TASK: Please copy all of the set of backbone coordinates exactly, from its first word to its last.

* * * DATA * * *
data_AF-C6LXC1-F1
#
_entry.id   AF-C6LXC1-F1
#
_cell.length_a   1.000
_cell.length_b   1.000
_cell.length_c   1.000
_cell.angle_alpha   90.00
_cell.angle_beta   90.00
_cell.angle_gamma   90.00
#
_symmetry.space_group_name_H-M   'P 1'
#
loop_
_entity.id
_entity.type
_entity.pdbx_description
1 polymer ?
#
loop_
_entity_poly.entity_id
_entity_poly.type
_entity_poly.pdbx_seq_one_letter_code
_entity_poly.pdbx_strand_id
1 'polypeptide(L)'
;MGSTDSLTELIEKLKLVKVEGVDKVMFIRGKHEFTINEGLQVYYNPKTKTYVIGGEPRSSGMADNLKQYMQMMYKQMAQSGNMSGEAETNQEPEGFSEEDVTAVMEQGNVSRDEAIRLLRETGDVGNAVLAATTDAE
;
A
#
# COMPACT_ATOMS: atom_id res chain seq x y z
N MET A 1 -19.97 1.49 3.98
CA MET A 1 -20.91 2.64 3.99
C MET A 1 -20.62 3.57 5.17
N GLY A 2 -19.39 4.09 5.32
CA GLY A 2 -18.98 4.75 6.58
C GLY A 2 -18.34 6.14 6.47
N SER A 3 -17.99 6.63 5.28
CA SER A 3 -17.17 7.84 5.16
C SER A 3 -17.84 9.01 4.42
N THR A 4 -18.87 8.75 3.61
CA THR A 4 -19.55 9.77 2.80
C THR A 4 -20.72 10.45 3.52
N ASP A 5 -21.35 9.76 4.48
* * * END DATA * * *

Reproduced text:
data_AF-C6LXC1-F1
#
_entry.id   AF-C6LXC1-F1
#
_cell.length_a   1.000
_cell.length_b   1.000
_cell.length_c   1.000
_cell.angle_alpha   90.00
_cell.angle_beta   90.00
_cell.angle_gamma   90.00
#
_symmetry.space_group_name_H-M   'P 1'
#
loop_
_entity.id
_entity.type
_entity.pdbx_description
1 polymer ?
#
loop_
_entity_poly.entity_id
_entity_poly.type
_entity_poly.pdbx_seq_one_letter_code
_entity_poly.pdbx_strand_id
1 'polypeptide(L)'
;MGSTDSLTELIEKLKLVKVEGVDKVMFIRGKHEFTINEGLQVYYNPKTKTYVIGGEPRSSGMADNLKQYMQMMYKQMAQSGNMSGEAETNQEPEGFSEEDVTAVMEQGNVSRDEAIRLLRETGDVGNAVLAATTDAE
;
A
#
# COMPACT_ATOMS: atom_id res chain seq x y z
N MET A 1 -19.97 1.49 3.98
CA MET A 1 -20.91 2.64 3.99
C MET A 1 -20.62 3.57 5.17
N GLY A 2 -19.39 4.09 5.32
CA GLY A 2 -18.98 4.75 6.58
C GLY A 2 -18.34 6.14 6.47
N SER A 3 -17.99 6.63 5.28
CA SER A 3 -17.17 7.84 5.16
C SER A 3 -17.84 9.01 4.42
N THR A 4 -18.87 8.75 3.61
CA THR A 4 -19.55 9.77 2.80
C THR A 4 -20.72 10.45 3.52
N ASP A 5 -21.35 9.76 4.48